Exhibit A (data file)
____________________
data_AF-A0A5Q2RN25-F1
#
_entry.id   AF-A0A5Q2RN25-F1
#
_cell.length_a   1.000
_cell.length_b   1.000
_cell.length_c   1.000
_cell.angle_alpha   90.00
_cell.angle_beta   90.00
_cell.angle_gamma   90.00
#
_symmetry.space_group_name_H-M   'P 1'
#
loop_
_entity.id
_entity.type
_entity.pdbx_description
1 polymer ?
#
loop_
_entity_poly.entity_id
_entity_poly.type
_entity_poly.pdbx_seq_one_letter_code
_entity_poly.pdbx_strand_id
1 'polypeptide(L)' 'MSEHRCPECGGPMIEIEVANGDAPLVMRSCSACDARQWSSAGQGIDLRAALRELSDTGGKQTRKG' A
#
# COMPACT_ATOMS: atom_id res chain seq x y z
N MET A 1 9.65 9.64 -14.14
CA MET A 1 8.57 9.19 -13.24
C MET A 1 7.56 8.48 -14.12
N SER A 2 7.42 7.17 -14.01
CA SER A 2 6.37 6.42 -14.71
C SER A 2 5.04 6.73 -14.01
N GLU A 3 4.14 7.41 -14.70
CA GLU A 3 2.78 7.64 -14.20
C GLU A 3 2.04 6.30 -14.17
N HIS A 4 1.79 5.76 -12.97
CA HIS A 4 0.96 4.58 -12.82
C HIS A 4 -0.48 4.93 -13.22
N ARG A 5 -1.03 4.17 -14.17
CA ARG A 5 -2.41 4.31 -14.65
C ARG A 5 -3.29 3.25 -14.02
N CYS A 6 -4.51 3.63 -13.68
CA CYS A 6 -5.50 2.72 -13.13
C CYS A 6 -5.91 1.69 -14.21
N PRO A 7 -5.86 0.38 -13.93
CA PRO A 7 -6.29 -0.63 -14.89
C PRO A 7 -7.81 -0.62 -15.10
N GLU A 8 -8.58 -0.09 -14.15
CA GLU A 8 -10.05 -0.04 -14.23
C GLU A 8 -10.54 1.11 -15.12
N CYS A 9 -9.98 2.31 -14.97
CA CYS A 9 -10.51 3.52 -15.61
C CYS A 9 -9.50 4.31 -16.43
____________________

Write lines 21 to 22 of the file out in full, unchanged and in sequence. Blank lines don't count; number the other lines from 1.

_entity_poly.entity_id
_entity_poly.type